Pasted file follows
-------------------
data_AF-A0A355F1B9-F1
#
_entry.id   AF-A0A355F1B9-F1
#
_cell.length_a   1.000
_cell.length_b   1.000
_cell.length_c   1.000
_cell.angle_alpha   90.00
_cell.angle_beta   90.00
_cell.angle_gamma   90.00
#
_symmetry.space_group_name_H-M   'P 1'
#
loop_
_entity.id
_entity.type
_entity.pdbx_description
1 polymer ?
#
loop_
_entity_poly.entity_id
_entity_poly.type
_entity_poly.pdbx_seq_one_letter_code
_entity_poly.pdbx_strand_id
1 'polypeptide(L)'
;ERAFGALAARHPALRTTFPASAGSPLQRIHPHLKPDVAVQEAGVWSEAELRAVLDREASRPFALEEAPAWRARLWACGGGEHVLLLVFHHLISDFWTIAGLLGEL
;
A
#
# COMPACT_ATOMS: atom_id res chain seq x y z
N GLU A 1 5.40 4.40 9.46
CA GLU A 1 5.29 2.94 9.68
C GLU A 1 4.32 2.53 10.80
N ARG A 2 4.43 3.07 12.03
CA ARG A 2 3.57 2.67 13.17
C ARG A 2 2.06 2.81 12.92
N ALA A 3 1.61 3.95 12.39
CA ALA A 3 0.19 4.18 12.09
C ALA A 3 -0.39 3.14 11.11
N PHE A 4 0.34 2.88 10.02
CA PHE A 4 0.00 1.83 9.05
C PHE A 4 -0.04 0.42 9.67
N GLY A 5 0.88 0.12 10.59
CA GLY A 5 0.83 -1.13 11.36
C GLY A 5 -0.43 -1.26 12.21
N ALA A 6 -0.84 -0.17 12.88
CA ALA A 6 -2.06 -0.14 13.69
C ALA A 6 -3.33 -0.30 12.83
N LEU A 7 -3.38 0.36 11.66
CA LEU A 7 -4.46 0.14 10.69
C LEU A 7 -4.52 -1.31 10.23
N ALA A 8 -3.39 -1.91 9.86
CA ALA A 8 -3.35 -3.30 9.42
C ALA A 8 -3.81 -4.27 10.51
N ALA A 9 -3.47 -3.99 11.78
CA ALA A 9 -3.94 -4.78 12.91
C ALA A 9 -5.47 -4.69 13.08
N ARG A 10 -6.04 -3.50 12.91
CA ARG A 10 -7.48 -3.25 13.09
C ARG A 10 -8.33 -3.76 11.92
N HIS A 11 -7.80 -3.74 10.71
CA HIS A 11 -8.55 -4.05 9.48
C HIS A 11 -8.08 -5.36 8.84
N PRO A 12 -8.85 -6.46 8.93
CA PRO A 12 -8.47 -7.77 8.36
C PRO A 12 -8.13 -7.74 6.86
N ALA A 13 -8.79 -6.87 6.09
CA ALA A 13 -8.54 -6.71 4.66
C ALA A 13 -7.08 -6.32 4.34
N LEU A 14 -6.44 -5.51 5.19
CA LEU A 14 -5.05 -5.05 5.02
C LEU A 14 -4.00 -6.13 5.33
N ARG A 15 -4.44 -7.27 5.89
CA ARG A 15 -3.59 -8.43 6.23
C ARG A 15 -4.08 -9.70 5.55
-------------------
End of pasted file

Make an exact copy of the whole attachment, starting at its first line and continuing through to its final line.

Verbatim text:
data_AF-A0A355F1B9-F1
#
_entry.id   AF-A0A355F1B9-F1
#
_cell.length_a   1.000
_cell.length_b   1.000
_cell.length_c   1.000
_cell.angle_alpha   90.00
_cell.angle_beta   90.00
_cell.angle_gamma   90.00
#
_symmetry.space_group_name_H-M   'P 1'
#
loop_
_entity.id
_entity.type
_entity.pdbx_description
1 polymer ?
#
loop_
_entity_poly.entity_id
_entity_poly.type
_entity_poly.pdbx_seq_one_letter_code
_entity_poly.pdbx_strand_id
1 'polypeptide(L)'
;ERAFGALAARHPALRTTFPASAGSPLQRIHPHLKPDVAVQEAGVWSEAELRAVLDREASRPFALEEAPAWRARLWACGGGEHVLLLVFHHLISDFWTIAGLLGEL
;
A
#
# COMPACT_ATOMS: atom_id res chain seq x y z
N GLU A 1 5.40 4.40 9.46
CA GLU A 1 5.29 2.94 9.68
C GLU A 1 4.32 2.53 10.80
N ARG A 2 4.43 3.07 12.03
CA ARG A 2 3.57 2.67 13.17
C ARG A 2 2.06 2.81 12.92
N ALA A 3 1.61 3.95 12.39
CA ALA A 3 0.19 4.18 12.09
C ALA A 3 -0.39 3.14 11.11
N PHE A 4 0.34 2.88 10.02
CA PHE A 4 0.00 1.83 9.05
C PHE A 4 -0.04 0.42 9.67
N GLY A 5 0.88 0.12 10.59
CA GLY A 5 0.83 -1.13 11.36
C GLY A 5 -0.43 -1.26 12.21
N ALA A 6 -0.84 -0.17 12.88
CA ALA A 6 -2.06 -0.14 13.69
C ALA A 6 -3.33 -0.30 12.83
N LEU A 7 -3.38 0.36 11.66
CA LEU A 7 -4.46 0.14 10.69
C LEU A 7 -4.52 -1.31 10.23
N ALA A 8 -3.39 -1.91 9.86
CA ALA A 8 -3.35 -3.30 9.42
C ALA A 8 -3.81 -4.27 10.51
N ALA A 9 -3.47 -3.99 11.78
CA ALA A 9 -3.94 -4.78 12.91
C ALA A 9 -5.47 -4.69 13.08
N ARG A 10 -6.04 -3.50 12.91
CA ARG A 10 -7.48 -3.25 13.09
C ARG A 10 -8.33 -3.76 11.92
N HIS A 11 -7.80 -3.74 10.71
CA HIS A 11 -8.55 -4.05 9.48
C HIS A 11 -8.08 -5.36 8.84
N PRO A 12 -8.85 -6.46 8.93
CA PRO A 12 -8.47 -7.77 8.36
C PRO A 12 -8.13 -7.74 6.86
N ALA A 13 -8.79 -6.87 6.09
CA ALA A 13 -8.54 -6.71 4.66
C ALA A 13 -7.08 -6.32 4.34
N LEU A 14 -6.44 -5.51 5.19
CA LEU A 14 -5.05 -5.05 5.02
C LEU A 14 -4.00 -6.13 5.33
N ARG A 15 -4.44 -7.27 5.89
CA ARG A 15 -3.59 -8.43 6.23
C ARG A 15 -4.08 -9.70 5.55